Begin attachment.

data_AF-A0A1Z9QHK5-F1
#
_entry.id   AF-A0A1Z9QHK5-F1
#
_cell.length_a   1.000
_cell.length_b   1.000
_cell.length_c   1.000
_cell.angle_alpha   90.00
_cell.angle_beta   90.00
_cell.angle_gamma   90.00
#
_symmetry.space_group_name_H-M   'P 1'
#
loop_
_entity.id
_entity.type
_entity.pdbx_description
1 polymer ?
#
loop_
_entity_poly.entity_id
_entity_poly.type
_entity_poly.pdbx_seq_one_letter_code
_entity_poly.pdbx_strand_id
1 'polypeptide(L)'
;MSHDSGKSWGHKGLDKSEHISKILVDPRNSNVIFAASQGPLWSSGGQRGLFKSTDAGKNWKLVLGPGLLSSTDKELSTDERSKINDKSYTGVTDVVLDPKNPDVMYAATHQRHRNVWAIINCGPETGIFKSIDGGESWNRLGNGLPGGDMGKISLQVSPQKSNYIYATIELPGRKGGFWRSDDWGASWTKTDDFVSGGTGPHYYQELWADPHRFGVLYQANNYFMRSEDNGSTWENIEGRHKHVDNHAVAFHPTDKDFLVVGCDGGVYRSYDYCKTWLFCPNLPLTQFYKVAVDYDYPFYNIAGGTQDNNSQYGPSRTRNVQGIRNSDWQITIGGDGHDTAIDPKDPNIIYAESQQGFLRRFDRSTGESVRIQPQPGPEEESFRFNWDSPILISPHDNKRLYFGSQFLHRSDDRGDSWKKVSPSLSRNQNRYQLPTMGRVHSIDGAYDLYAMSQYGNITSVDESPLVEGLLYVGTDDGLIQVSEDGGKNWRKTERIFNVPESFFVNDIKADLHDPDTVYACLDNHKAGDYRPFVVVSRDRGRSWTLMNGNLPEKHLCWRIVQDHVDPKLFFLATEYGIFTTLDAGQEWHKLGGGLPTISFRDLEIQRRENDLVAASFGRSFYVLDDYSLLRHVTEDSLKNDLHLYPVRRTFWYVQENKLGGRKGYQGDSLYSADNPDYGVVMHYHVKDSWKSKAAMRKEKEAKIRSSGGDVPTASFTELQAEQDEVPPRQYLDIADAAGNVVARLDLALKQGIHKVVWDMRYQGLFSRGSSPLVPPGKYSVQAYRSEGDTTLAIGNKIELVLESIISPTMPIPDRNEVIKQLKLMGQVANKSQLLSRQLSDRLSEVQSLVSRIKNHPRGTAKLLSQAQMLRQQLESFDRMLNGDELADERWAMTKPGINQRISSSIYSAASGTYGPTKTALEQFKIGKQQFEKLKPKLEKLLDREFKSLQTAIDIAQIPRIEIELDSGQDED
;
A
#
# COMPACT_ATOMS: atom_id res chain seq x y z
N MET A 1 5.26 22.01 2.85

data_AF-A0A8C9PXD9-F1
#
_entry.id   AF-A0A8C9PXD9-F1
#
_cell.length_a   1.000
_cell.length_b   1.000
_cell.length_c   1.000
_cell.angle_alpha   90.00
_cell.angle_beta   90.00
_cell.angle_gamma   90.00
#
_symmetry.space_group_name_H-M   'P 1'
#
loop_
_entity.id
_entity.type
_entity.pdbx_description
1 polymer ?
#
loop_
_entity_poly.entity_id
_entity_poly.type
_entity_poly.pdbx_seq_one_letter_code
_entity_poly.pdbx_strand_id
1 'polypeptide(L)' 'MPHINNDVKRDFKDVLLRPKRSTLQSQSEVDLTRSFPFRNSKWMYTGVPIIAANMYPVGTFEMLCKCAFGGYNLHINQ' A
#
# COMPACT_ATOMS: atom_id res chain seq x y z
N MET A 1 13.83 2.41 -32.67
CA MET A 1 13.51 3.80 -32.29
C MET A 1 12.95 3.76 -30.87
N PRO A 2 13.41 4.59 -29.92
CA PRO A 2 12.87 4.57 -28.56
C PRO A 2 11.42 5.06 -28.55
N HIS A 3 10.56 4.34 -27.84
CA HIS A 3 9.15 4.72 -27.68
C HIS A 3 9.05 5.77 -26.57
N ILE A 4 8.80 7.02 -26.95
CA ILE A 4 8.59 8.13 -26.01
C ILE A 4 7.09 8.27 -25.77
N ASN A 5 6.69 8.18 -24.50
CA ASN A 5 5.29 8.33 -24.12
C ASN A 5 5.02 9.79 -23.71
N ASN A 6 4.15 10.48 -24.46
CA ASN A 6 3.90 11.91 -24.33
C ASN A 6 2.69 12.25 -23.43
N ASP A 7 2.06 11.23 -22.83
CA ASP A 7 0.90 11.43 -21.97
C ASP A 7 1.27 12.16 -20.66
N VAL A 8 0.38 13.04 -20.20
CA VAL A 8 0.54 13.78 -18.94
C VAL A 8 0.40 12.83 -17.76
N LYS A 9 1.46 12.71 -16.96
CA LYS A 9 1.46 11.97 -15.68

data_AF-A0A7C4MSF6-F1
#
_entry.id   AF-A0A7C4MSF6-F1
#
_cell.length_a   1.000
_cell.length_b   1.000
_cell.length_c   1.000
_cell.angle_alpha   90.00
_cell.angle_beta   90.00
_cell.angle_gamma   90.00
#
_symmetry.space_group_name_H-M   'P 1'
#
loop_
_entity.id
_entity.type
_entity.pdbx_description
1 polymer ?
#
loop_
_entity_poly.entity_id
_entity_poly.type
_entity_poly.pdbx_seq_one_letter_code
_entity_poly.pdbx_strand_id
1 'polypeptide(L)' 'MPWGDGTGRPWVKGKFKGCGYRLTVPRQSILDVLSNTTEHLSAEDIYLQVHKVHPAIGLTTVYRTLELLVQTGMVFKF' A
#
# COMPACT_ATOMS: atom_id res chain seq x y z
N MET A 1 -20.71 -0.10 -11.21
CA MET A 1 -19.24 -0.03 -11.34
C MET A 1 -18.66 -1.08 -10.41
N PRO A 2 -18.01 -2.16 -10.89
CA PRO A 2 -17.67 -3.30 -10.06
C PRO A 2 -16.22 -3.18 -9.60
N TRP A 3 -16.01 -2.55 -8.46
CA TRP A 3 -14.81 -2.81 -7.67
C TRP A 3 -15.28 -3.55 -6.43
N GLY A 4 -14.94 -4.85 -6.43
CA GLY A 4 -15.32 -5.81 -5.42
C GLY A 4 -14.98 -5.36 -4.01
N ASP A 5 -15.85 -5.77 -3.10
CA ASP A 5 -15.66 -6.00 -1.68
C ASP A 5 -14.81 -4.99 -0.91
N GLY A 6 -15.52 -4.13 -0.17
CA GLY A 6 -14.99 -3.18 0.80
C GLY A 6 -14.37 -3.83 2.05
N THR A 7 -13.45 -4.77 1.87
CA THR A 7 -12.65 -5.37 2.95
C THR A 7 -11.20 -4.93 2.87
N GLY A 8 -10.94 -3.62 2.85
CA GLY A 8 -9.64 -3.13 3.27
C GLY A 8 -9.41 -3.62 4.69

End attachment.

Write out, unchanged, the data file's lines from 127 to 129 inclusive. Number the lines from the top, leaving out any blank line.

N GLY A 6 -15.52 -4.13 -0.17
CA GLY A 6 -14.99 -3.18 0.80
C GLY A 6 -14.37 -3.83 2.05